Original Research

The role of gender in the spread of HIV and AIDS among farmworkers in South Africa

Ntombifikile E. Klaas, Gloria Thupayagale-Tshweneagae, Thuledi P. Makua
African Journal of Primary Health Care & Family Medicine | Vol 10, No 1 | a1668 | DOI: https://doi.org/10.4102/phcfm.v10i1.1668 | © 2018 Ntombifikile E. Klaas, Gloria Thupayagale-Tshweneagae, Thuledi P. Makua | This work is licensed under CC Attribution 4.0
Submitted: 24 October 2017 | Published: 08 November 2018

About the author(s)

Ntombifikile E. Klaas, Department of Health Studies, University of South Africa, South Africa
Gloria Thupayagale-Tshweneagae, Department of Health Studies, University of South Africa, South Africa
Thuledi P. Makua, Department of Health Studies, University of South Africa, South Africa


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Abstract

Background: Gender inequality and men’s perceived sexual and economic superiority over women are central to human immunodeficiency virus (HIV) infection. The farming community in which the participants in the study live operates along such patriarchal lines, with the men making the important decisions for their families.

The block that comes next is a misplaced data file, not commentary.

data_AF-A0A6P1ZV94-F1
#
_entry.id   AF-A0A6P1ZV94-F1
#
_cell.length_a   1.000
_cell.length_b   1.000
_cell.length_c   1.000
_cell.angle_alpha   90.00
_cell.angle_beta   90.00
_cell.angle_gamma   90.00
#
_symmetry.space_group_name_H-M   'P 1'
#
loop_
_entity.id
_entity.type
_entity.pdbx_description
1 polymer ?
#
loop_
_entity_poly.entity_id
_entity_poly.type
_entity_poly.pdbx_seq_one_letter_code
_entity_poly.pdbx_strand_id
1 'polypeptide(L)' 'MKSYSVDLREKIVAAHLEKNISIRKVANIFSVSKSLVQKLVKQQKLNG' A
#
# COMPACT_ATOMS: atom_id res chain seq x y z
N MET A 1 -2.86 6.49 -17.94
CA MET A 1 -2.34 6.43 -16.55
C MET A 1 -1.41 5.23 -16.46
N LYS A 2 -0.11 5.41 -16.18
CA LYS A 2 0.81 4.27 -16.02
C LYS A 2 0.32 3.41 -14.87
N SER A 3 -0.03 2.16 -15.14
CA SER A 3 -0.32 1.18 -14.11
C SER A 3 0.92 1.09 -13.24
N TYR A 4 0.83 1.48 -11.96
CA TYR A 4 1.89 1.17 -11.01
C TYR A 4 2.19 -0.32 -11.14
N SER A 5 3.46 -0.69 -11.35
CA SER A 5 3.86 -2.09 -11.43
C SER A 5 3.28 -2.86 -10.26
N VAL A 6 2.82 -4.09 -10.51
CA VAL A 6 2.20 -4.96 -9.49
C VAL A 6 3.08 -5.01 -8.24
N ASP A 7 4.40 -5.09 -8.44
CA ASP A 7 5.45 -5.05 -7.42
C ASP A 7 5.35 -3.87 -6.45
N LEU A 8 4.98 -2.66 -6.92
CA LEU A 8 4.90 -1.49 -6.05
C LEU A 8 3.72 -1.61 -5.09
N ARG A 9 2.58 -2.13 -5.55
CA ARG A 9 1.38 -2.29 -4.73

Aim: To explore and describe the role of gender in the spread of HIV and acquired immunodeficiency syndrome (AIDS) among farmworkers in South Africa.

Setting: The study was conducted in the Levubu farms, Vhembe district, Limpopo Province, South Africa.

Methods: The researchers adopted a qualitative, explorative and descriptive research design with in-depth semi-structured interviews. Purposive and convenience sampling methods were used to select participants who met the inclusion criteria. Data collected were thematically analysed using Creswell’s data analysis method. Lincoln and Guba’s model to ensure trustworthiness and ethical standards were applied.

Results: The findings of the study clearly indicated that powerlessness and lack of decision-making by female farmworkers was common as female farmworkers were dependent on their male partners to make decisions in the workplace as well as decisions regarding sexual matters in a relationship.

Conclusion: The main conclusion drawn from the findings were that farmworkers are continuously exposed to exploitation and disempowerment in a variety of ways with very little support from their supervisors, which makes them vulnerable to contracting HIV.


Keywords

AIDS; feminism; farm workers; gender; HIV

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